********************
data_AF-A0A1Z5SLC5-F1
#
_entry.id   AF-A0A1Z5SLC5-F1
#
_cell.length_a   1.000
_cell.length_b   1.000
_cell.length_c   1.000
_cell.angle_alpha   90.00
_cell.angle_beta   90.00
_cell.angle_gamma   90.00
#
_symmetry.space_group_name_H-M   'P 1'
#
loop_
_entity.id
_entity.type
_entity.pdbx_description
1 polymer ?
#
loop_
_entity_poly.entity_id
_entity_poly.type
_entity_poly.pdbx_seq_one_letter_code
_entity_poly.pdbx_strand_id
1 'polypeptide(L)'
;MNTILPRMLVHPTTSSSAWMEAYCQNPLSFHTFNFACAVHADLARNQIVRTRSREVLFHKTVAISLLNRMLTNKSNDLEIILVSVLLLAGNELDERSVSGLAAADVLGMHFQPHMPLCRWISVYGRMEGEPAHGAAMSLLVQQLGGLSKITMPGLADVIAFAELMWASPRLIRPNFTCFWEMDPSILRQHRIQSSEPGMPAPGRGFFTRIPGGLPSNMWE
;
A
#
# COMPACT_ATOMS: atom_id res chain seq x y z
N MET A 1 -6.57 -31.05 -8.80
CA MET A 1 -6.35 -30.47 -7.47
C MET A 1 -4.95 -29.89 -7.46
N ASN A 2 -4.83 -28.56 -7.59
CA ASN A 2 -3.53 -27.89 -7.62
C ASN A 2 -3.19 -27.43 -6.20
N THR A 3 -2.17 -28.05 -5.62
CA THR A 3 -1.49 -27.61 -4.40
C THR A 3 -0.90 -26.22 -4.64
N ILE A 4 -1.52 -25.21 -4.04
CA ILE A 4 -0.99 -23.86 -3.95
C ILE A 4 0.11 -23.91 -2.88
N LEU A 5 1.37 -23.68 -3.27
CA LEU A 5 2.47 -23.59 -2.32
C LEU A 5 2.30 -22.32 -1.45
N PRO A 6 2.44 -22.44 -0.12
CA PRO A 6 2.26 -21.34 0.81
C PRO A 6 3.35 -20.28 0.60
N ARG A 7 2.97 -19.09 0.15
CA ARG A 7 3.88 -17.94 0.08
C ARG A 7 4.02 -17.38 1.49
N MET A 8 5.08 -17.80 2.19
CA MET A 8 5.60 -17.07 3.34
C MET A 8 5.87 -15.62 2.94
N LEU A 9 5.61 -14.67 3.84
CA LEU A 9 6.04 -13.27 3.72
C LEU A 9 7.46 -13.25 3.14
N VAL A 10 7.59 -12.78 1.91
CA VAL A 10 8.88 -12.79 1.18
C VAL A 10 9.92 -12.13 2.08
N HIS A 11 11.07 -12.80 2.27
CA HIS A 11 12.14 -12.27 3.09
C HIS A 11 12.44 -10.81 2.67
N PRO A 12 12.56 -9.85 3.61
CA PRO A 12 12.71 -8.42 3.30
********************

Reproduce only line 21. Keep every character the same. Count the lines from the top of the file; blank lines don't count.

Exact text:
_entity_poly.entity_id